Dark Sun: The Making of the Hydrogen Bomb

Dark Sun: The Making of the Hydrogen Bomb

by Richard Rhodes
4.8 6


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Dark sun the making of the hydrogen Bomb 4.8 out of 5 based on 0 ratings. 5 reviews.
BKofSC More than 1 year ago
This is a fascinating view of the relationship between the Soviet Union and the United Sates during the critical years when the Cold War was just beginning. On one level, I found the work disappointing—the subtitle indicates that the book is about the development of the hydrogen bomb. However, the actual work on the development of this weapon accounts for a relatively small portion of the book. On another level, however, the development of the H-bomb was integral to US-Soviet relations during the post-WWII years, and as such, it was an excellent introduction to the paranoia on both sides of the Atlantic which led to decades of mistrust between both nations. Rhodes spends a great deal of time explaining the Soviet espionage program in the United States. The extensive use of spies by the Soviets explains in part the strident response in the US government to the perceived threat of Soviet world domination. On the other hand, the United States’ emphasis on a first strike capability with atomic weapons and the use of preventative war could not have done other than fueled Soviet fears of American intentions with regard to the destruction of their communist system of government. The book at times goes into a little too much detail, but I would recommend this book to anyone wanting to understand the atmosphere of anxiety in which many Americans grew up during the 1950s.
Guest More than 1 year ago
I've nearly finished reading this book, and I must say that this is a great read. Been reading it for a couple of months now and I am still not finished, which should be evidence as to how detailed it is. The writing is good enough to really draw in the reader and technical parts are detailed enough to get the idea of what is being talked about, yet easy enough for a semi-cellege educated person (such as myself) can understand it. I'm merely a 22-year old tech-school drop out, but I've always had an interest in the cold war and especially in nuclear science. I recommend a mild education first in order to understand the technical parts, as they can get a bit dicey.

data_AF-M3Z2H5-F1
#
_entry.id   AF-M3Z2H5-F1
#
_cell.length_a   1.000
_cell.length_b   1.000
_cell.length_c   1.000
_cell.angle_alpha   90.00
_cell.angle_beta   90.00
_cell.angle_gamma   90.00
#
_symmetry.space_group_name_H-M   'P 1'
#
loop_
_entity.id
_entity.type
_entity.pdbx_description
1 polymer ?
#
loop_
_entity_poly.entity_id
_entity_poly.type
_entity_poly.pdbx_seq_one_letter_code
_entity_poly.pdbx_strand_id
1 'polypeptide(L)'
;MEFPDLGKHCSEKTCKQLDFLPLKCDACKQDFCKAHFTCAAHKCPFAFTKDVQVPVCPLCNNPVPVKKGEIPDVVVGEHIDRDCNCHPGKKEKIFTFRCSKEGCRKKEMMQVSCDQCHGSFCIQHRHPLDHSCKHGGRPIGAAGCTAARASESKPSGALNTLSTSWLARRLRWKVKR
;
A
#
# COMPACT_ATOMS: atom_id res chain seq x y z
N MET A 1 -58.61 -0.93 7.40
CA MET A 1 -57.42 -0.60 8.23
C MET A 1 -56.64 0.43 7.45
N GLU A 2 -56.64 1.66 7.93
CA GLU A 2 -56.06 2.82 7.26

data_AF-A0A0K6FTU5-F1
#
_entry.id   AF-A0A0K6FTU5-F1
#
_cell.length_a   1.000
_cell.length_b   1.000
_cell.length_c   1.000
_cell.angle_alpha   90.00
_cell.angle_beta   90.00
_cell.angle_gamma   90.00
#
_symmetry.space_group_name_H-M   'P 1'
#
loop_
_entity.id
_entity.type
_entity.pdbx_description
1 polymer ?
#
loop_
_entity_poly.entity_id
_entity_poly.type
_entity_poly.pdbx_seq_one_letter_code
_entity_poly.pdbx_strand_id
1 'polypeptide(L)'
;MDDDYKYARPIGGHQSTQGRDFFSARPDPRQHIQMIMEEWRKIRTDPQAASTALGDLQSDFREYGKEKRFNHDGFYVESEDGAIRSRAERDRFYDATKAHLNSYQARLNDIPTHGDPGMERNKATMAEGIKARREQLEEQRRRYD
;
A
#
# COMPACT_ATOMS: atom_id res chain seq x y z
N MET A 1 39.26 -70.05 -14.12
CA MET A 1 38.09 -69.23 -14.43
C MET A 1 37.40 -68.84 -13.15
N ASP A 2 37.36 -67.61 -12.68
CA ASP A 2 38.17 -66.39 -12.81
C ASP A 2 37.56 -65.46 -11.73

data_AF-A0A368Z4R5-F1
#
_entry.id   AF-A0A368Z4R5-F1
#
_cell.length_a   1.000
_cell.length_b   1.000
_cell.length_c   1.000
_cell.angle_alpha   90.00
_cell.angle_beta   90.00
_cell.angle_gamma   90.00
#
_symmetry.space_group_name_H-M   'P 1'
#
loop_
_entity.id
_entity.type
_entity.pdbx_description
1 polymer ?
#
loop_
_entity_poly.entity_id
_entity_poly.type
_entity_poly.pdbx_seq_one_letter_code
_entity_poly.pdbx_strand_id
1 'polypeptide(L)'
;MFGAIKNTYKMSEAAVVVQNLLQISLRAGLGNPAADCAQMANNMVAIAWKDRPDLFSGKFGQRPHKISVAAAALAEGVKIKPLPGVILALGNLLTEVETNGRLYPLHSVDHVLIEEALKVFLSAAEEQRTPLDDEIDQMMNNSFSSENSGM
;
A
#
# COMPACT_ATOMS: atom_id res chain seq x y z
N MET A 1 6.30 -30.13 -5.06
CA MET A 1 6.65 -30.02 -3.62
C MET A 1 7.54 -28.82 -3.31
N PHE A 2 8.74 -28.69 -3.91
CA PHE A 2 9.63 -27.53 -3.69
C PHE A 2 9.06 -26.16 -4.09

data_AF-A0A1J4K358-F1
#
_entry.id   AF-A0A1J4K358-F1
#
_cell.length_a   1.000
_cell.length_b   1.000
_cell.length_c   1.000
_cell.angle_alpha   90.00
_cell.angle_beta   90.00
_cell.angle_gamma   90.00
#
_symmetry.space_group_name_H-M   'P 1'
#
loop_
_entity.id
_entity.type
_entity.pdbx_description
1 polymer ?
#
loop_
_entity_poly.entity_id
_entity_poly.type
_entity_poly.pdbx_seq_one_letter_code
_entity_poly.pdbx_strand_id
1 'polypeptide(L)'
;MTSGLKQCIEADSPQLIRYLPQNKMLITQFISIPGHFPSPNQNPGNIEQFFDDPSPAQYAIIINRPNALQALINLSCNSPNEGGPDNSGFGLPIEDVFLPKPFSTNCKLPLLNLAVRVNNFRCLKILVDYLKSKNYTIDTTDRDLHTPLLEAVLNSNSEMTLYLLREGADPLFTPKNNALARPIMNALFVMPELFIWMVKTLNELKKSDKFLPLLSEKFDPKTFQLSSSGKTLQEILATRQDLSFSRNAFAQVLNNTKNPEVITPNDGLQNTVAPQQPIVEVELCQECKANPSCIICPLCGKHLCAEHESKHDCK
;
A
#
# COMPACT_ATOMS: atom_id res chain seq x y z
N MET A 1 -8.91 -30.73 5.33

Guest More than 1 year ago
This book, in short, explains the Cold War. In addition to covering the making of the hydrogen bomb, the author also covers how the Soviets stole the A-bomb. This book is not as technical as the author's earlier 'The Making Of The Atomic Bomb', and as a result reads like a thriller. This is one of the best books I have ever read, and would recommend it to anyone.
Guest More than 1 year ago
Rhodes does not disappoint those of us who read The making of the Atomic Bomb. He puts the same amount of excellent research into this effort and there are excellent first hand accounts incorporated into the story. He also discusses the espionage that went on around the atomic and hydrogen bombs and the scientists who worked on it in USSR.
Anonymous More than 1 year ago